Mumbai shuts down
It seems to be a post-26/7 phenomenon. After that day, four years ago, when Mumbai received 944 mm of rainfall and was submerged, the slightest warning of heavy rains sends people in the city scurrying home.mumbai Updated: Nov 12, 2009 00:38 IST
It seems to be a post-26/7 phenomenon. After that day, four years ago, when Mumbai received 944 mm of rainfall and was submerged, the slightest warning of heavy rains sends people in the city scurrying home.
Weather predictions for Wednesday, however, caused a little more panic because of the possibility of Cyclone Phyan skirting the city’s coastline causing heavy rains.
Employees of government and private establishments began leaving offices after the state issued a high alert and asked everyone to reach home before evening. Schools and colleges were also shut after 1 pm.
With everyone heading home—mainly from south Mumbai to north —roads were packed earlier than usual.
“I faced more trouble because of the traffic as parents rushed to pick their children,” said Seema Parekh, a parent who lives at Kemps Corner.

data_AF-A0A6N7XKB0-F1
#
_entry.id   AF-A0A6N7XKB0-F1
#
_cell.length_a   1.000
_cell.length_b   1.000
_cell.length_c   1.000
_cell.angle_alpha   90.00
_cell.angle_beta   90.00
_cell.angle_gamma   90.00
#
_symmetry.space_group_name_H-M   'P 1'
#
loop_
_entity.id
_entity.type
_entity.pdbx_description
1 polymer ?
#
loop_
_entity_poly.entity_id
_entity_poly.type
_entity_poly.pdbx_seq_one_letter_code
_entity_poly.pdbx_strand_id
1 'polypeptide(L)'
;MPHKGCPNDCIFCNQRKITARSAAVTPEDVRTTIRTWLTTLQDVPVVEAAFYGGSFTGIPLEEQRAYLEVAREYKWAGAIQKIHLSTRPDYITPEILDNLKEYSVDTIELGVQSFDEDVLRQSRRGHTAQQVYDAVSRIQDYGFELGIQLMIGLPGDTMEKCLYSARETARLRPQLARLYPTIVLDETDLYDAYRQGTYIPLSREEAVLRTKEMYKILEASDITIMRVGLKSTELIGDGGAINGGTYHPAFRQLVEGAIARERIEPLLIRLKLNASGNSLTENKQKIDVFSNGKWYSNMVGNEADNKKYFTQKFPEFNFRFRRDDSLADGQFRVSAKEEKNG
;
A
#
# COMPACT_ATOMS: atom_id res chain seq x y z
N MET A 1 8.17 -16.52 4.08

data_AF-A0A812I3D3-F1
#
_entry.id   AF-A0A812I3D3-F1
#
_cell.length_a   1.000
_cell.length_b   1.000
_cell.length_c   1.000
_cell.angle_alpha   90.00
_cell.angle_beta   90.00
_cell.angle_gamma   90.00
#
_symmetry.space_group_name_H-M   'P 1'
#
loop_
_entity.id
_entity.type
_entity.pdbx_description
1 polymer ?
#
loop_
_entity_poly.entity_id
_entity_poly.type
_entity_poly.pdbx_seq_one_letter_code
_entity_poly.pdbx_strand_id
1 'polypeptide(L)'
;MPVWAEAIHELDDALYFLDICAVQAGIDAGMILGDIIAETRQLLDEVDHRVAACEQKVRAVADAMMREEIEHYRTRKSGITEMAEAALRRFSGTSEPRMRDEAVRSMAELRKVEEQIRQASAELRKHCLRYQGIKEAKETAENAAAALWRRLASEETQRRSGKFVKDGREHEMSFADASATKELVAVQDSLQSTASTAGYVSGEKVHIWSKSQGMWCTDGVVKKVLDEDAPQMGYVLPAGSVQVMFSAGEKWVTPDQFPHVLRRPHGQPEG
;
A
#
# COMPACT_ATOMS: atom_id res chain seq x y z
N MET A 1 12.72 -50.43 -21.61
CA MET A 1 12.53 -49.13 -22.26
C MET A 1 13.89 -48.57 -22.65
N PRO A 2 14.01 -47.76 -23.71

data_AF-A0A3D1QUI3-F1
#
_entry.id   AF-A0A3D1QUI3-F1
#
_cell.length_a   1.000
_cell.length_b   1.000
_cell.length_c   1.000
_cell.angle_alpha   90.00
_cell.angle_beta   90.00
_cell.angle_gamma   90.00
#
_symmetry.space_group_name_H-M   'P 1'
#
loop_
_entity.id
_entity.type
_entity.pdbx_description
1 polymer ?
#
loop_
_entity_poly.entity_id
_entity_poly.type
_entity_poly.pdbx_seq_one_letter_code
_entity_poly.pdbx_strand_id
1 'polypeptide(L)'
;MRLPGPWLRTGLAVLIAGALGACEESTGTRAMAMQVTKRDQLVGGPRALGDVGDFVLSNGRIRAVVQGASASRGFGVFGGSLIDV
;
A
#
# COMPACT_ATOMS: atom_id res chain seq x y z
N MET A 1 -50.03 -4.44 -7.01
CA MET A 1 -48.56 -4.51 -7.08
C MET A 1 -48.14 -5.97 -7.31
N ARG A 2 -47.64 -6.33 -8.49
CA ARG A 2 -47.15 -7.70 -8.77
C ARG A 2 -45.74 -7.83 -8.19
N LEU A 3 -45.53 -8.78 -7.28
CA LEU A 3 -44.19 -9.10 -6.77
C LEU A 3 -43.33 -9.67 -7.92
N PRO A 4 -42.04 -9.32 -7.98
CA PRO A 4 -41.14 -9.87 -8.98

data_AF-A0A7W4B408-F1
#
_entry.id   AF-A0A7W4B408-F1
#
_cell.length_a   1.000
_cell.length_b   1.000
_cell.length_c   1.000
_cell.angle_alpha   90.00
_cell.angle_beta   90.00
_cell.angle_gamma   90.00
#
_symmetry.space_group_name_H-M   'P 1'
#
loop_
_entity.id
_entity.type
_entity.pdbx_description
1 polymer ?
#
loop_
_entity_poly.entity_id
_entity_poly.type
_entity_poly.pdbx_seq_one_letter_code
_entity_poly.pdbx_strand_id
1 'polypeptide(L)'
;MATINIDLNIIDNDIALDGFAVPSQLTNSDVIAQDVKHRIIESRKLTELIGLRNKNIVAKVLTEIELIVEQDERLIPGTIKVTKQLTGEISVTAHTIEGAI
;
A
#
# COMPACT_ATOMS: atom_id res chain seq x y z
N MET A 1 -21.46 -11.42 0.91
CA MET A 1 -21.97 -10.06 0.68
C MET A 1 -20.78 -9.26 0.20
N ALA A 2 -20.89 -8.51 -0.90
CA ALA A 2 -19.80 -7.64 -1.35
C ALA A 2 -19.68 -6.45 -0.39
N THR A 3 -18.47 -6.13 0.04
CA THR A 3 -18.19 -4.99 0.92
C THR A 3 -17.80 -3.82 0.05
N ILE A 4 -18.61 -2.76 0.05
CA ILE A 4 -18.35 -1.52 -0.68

Text messages started doing the rounds warning people to leave early. This added to the chaos. Parents who went to pick their kids from schools were left stranded as rickshaws were far and few at 1 pm.
“I couldn’t reach the school on time as there were not many empty rickshaws on road...,” said V Reddy from Andheri (W).
This was because autorickshaws and taxis running on compressed natural gas usually fill up their tanks between 12.30 pm and 1.30 pm when its lunch time for offices and schools.
The Brihanmumbai Electric and Suburban Transport undertaking had to introduce extra bus services and the railways had to schedule more trains to accommodate commuters.
The upside was for people who did work until the end of the day. They found the roads unusually empty because most of Mumbai was already home.